Vasserman does not dispute the applicable wage rates that are provided in the CBA—instead, she argues that she was not paid overtime as required by California law. Although it is apparent that calculations will be required to resolve her overtime claims given the three overtime plans set forth in the CBAs, Newhall Memorial fails to show that this will require interpretation of the CBA, rather than reference to its undisputed terms. See Livadas, 512 U.S. at 124, 114 S.Ct. 2068 (“[W]hen the meaning of contract terms is not subject to dispute, the bare fact that a collective bargaining agreement will be consulted in the course of state-law litigation plainly does not require the claim to be extinguished”). Based on those undisputed terms, the court will have to assess “whether when overtime is paid under the CBA it is paid for all overtime hours worked, as required by California law.” Gregory, 317 F.3d at 1053.

See Puleo Opp. Decl., Exh. B at 26–29.

In Coria v. Recology, Inc., 63 F.Supp.3d 1093, 2014 WL 3885873 (N.D.Cal. Aug. 7, 2014). There, Judge James Donato concluded that plaintiff's meal period and overtime claims were preempted by § 301 because the meal period claim for violation of Labor Code § 512(a) was subject to the exemption set forth in § 512(e) for employees governed by a valid CBA, and the overtime claim under § 510 was subject to the statutory exemption set forth in § 514. Id. at 1096–99, at *2–4. Judge Donato distinguished Gregory on the basis that plaintiff's overtime claim was based on the CBA and that, even if it did not, it was “substantially dependent upon” an analysis of that agreement. Id. at 1100 n. 1, at *5 n. 1. Here, unlike in Coria, Vasserman's allegations make clear that her overtime claim is based on state law rights, not on the CBAs. See Coria, 63 F.Supp.3d at 1098–1100, 2014 WL 3885873 at *4–5. More fundamentally, as noted, the CBAs' overtime provisions are clear and will not require interpretation to determine if the § 514 exemption applies.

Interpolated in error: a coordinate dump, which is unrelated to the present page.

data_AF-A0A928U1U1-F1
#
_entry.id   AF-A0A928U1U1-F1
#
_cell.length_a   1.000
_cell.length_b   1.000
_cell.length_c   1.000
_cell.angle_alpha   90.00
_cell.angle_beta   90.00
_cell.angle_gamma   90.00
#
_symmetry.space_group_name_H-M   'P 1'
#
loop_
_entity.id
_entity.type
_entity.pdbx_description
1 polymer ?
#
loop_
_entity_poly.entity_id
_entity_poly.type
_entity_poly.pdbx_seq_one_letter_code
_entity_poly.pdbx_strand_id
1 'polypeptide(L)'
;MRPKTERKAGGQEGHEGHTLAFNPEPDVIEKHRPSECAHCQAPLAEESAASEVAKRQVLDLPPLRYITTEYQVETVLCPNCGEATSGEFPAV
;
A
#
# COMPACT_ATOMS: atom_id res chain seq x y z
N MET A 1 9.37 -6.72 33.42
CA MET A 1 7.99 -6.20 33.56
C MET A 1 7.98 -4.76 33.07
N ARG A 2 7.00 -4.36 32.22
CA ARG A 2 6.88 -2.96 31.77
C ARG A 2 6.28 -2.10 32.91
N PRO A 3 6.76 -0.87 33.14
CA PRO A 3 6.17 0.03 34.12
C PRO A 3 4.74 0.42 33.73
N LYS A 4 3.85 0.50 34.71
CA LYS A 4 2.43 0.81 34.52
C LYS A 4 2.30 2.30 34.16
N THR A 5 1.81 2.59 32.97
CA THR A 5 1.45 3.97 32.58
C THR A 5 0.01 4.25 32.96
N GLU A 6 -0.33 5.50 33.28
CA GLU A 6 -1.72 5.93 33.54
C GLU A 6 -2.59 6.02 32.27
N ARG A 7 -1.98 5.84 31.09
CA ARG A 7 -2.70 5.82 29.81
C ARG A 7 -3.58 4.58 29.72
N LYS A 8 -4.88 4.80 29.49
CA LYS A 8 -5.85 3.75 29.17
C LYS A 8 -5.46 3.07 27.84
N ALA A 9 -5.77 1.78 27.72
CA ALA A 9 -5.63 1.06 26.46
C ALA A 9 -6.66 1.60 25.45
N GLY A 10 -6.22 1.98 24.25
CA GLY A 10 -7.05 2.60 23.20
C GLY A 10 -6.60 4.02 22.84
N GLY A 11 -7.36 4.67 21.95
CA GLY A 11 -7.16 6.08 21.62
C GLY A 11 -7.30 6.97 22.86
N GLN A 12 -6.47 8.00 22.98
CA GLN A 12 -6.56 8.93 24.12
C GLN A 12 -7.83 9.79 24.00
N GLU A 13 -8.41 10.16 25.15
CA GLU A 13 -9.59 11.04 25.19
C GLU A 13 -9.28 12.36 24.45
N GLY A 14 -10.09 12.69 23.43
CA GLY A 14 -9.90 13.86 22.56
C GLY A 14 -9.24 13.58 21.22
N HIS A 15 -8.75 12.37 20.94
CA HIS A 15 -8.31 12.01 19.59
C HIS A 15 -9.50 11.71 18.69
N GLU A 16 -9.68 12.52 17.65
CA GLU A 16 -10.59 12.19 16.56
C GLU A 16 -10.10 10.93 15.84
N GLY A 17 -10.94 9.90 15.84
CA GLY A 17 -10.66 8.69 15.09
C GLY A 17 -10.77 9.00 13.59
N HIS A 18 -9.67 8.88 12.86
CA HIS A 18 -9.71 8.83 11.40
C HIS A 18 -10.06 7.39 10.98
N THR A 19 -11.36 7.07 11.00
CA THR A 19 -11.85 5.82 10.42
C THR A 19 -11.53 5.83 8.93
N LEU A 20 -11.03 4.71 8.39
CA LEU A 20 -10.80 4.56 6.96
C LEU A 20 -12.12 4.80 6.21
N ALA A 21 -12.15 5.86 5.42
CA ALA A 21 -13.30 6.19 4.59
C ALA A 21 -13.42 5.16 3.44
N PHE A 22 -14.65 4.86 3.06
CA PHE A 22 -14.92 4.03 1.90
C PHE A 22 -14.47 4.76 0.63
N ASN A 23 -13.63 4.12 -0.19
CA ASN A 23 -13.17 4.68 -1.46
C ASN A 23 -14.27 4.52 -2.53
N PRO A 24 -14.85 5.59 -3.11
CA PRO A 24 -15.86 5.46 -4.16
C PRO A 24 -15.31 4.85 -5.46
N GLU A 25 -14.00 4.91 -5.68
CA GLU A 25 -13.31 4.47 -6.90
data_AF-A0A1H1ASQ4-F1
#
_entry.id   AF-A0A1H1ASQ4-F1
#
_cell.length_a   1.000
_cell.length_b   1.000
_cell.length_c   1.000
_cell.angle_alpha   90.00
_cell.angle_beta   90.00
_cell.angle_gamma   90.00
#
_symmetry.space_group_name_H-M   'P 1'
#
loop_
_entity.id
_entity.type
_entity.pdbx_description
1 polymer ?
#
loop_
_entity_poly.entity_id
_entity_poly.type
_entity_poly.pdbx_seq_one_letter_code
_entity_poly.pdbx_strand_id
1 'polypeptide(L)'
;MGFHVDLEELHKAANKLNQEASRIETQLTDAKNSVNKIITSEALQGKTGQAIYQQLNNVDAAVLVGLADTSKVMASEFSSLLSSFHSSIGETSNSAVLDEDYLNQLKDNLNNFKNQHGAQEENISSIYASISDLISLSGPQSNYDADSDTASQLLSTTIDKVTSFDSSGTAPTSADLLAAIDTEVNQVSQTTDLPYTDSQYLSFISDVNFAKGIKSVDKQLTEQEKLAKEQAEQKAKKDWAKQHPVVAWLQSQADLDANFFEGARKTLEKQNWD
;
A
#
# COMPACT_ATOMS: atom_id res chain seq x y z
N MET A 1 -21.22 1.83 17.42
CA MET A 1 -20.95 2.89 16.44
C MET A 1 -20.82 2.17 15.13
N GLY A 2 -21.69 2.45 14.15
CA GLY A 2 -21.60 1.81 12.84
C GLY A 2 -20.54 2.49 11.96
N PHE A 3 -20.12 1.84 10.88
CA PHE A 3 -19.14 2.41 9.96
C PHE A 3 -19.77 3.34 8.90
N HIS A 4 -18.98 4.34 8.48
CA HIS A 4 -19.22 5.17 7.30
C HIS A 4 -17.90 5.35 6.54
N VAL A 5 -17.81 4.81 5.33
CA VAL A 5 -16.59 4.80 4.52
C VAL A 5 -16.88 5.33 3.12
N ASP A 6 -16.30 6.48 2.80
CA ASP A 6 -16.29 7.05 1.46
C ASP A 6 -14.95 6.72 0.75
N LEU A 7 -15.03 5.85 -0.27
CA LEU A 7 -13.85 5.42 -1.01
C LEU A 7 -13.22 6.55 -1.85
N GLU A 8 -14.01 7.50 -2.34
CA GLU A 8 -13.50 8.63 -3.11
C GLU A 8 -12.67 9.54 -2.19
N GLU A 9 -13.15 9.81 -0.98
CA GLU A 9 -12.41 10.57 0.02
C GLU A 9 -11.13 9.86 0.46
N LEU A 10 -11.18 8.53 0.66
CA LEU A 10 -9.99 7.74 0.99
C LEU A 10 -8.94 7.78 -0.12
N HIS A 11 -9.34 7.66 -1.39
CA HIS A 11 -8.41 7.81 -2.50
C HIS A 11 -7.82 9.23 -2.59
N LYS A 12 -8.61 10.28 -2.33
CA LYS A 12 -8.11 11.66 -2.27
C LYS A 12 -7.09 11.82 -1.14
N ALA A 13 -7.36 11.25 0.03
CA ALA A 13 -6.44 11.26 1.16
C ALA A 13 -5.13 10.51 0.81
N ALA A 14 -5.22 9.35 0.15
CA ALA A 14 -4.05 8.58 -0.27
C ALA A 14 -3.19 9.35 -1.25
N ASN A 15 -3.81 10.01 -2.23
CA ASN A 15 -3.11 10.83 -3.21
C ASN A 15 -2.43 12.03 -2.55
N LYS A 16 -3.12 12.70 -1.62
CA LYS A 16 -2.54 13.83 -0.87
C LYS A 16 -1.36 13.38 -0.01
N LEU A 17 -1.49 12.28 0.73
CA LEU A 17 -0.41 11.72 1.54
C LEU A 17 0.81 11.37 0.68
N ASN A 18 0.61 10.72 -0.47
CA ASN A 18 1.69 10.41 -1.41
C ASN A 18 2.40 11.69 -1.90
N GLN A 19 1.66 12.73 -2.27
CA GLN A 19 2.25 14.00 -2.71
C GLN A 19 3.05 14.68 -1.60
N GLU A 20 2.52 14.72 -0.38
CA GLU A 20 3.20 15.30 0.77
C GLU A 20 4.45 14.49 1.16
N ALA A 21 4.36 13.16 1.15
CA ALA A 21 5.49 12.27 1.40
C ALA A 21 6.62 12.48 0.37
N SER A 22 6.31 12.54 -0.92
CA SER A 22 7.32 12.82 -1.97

Although Newhall Memorial asserts that several terms of the CBAs require interpretation to determine whether it is entitled to invoke the exemption, the court is not persuaded. As respects Article 18 of the CBAs, which provides paid education leave for employees, Newhall Memorial argues that “[i]n analyzing [p]laintiff's argument, the [c]ourt would necessarily have to interpret the terms of the ‘education leave’ policy to determine whether it rendered Labor Code § 514 inapplicable, including whether the payments constitute ‘wages' and what it means to pay ‘straight time.’ ” In so asserting, Newhall Memorial seizes on Vasserman's contention in her motion that Article 18 does not expressly provide for wages earned by employees. As Newhall Memorial notes, however, the real question is whether “education leave” time constitutes “hours worked” under California law, and whether premium compensation must be calculated by including these hours in hours worked to determine if the CBAs satisfy the requirements for the statutory exemption. While such a determination may require reference to the CBAs, it will not require interpretation or analysis of their terms. As Newhall Memorial notes in its opposition, “hours worked” is defined by California law, not the CBAs. The court need only look at the education leave provision to determine whether, under state law, leave time constitutes compensable hours worked.